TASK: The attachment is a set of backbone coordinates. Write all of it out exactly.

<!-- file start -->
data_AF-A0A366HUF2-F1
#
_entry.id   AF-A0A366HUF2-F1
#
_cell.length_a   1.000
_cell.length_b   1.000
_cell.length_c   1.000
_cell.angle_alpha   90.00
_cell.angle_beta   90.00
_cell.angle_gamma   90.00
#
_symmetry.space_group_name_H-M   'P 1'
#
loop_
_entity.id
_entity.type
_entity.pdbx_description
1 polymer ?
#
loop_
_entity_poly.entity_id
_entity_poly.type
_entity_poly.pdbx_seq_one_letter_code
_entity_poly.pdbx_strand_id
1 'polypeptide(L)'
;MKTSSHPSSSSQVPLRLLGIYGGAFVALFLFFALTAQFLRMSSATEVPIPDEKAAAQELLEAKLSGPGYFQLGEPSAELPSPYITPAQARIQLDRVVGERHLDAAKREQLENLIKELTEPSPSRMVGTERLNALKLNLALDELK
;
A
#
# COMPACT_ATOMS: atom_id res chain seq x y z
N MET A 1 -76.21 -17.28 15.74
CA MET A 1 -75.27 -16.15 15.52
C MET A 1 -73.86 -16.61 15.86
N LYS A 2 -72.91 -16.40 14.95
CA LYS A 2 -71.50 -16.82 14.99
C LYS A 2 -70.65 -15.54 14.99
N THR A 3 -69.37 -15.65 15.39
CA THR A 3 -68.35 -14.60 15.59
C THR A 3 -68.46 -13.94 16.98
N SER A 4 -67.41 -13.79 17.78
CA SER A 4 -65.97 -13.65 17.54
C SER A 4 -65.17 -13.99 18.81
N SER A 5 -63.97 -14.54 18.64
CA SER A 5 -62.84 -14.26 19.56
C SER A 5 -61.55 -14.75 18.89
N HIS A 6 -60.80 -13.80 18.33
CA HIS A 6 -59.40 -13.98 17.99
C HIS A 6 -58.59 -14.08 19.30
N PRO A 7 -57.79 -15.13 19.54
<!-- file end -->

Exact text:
data_AF-A0A366HUF2-F1
#
_entry.id   AF-A0A366HUF2-F1
#
_cell.length_a   1.000
_cell.length_b   1.000
_cell.length_c   1.000
_cell.angle_alpha   90.00
_cell.angle_beta   90.00
_cell.angle_gamma   90.00
#
_symmetry.space_group_name_H-M   'P 1'
#
loop_
_entity.id
_entity.type
_entity.pdbx_description
1 polymer ?
#
loop_
_entity_poly.entity_id
_entity_poly.type
_entity_poly.pdbx_seq_one_letter_code
_entity_poly.pdbx_strand_id
1 'polypeptide(L)'
;MKTSSHPSSSSQVPLRLLGIYGGAFVALFLFFALTAQFLRMSSATEVPIPDEKAAAQELLEAKLSGPGYFQLGEPSAELPSPYITPAQARIQLDRVVGERHLDAAKREQLENLIKELTEPSPSRMVGTERLNALKLNLALDELK
;
A
#
# COMPACT_ATOMS: atom_id res chain seq x y z
N MET A 1 -76.21 -17.28 15.74
CA MET A 1 -75.27 -16.15 15.52
C MET A 1 -73.86 -16.61 15.86
N LYS A 2 -72.91 -16.40 14.95
CA LYS A 2 -71.50 -16.82 14.99
C LYS A 2 -70.65 -15.54 14.99
N THR A 3 -69.37 -15.65 15.39
CA THR A 3 -68.35 -14.60 15.59
C THR A 3 -68.46 -13.94 16.98
N SER A 4 -67.41 -13.79 17.78
CA SER A 4 -65.97 -13.65 17.54
C SER A 4 -65.17 -13.99 18.81
N SER A 5 -63.97 -14.54 18.64
CA SER A 5 -62.84 -14.26 19.56
C SER A 5 -61.55 -14.75 18.89
N HIS A 6 -60.80 -13.80 18.33
CA HIS A 6 -59.40 -13.98 17.99
C HIS A 6 -58.59 -14.08 19.30
N PRO A 7 -57.79 -15.13 19.54